“Under the Anglo Muhammadan Law, the rights of divorce of Muslim women were limited and it was very difficult for the Muslim to seek divorce. The representative of legislature from North,West Punjab, Khan Bahadur Shiekh Fazl-i-Haq Piranha said in this regard that the present Anglo Muhammadan Law as Practiced in the British Courts in the matters of divorce etc, has given rise to the dangerous and unhealthy practice of resorting to apostasy by women. In the original Muhammadan law the wife has restricted right divorce known as Khula ________ with the passage of the bill under discussion; the cruelty treated wife will be able to get desired divorce on reasonable grounds and without abjuring her faith.” (24)
The criticism that was made against customary law, (besides the fact that it was an obstacle to any kind of progress in the way of women) was that it was vague and required a great deal of litigation to settle basic issues.Indiawas a large realm, and the customs of the natives differed from tribe to tribe and place to place. It was not easy inIndiato establish a fixed custom on all the tribes.
About the customary law professor Allen remarks “that every custom is in some fundamental respect an exception from the ordinary law for the land. It is limited in its application and does not apply to the generality of citizens, but only to a particular class of persons or to a particular place. (25)
Thus the venture of the British to install custom as a legal principal throughout the realm met with failure, the position was so uncertain that people has to spend so much money on litigation that by the time litigation came to an end the property for which people were fighting would disappear. (26)
The Shariat Act was passed with the backing of the Government and Unionist party and the Muslims of India proved that they were one nation, governed by the same set of legal principals.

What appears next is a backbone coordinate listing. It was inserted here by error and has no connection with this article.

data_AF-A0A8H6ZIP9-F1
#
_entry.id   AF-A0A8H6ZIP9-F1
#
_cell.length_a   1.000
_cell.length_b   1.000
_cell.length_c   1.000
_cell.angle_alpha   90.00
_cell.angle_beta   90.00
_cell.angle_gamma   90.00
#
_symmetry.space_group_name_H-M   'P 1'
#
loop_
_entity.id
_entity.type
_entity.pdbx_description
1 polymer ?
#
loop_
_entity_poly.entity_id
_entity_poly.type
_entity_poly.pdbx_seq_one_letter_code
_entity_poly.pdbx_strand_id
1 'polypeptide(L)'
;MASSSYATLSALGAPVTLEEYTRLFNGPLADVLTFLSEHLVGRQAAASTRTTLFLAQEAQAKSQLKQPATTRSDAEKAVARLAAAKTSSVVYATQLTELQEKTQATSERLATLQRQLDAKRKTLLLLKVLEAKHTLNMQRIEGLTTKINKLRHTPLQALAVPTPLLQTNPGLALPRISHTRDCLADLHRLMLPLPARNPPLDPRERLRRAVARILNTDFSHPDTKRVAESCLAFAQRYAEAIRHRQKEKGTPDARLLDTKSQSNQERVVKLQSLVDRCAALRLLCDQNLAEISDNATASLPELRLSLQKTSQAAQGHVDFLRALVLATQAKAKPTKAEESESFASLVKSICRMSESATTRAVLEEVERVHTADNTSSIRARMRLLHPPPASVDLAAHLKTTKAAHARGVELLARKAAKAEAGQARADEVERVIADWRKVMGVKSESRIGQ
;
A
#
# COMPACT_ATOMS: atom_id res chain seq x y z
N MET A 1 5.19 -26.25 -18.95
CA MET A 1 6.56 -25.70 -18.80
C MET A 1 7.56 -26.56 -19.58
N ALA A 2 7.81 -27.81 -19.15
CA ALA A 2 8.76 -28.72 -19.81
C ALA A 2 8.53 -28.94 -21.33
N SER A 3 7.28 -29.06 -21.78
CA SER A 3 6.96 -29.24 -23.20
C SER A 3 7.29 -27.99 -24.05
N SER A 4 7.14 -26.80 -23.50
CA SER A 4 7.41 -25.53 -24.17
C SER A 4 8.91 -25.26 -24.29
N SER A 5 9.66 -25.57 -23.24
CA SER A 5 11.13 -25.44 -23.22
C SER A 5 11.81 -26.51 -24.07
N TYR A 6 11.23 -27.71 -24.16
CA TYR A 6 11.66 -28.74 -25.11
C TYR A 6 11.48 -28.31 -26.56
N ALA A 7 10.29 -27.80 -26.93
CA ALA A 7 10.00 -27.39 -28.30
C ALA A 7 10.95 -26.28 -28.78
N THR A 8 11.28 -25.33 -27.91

NOTES AND REFERENCES:
1. Gender and Human rights in Islam and International Law Shaheen SardarAli Page. 140
2. Ahede Salateen-e-Dehli” Sallah-ud-DinNasikPage-54
3. Gender and Human Rights in Islam and International Law. Shaheen SardarAli Page-140.
4. “Muslim inIndia” Ifran Habib Page -240
5. Ibd Page-24
6. Ibd Page-241
7. Ibd Page-252
8. Ibd Page-252
9. Ibd Page-254
10. “Ahede Salateen-e-Dehli” Sallah-ud-DinNasikPage-293
11. Anglow Muhammadan Law “A Digest” Page-37
12. “Ahede Salateen-e-Dehli” Sallah-ud-DinNasikPage-294
13. Fatawai-Alamgiri Vol-III Page-383
14. Gender and Human Rights in Islam and International Law Shaheen Sardar Ali Page. 141
15. Anglow Muhammadan Law 3, “A digest” Page-42
16. Gender and Human Rights in Islam and International Law Shaheen SardarAli Page. 141
17. Ibd Page-141
18. Ibd Page-141
19. Anglow Muhammadan Law, “A digest” Page-43
20. Dushka Saiyid “Muslim Women of the BritishPunjab” Page-20
21. Gender and Human Rights in Islam and International Law Shaheen SardarAli Page. 143
22. Ibd Page-145
23. Dushka Saiyid “Muslim Women of the BritishPunjab” Page-31
24. Ibd Page-35
25. Salmond “Jurisprudence” Page-211
26. Dushka Saiyid “Muslim Women of the BritishPunjab” Page-31
By: SALMANAWAZLecturerUniversityLawCollege, Quetta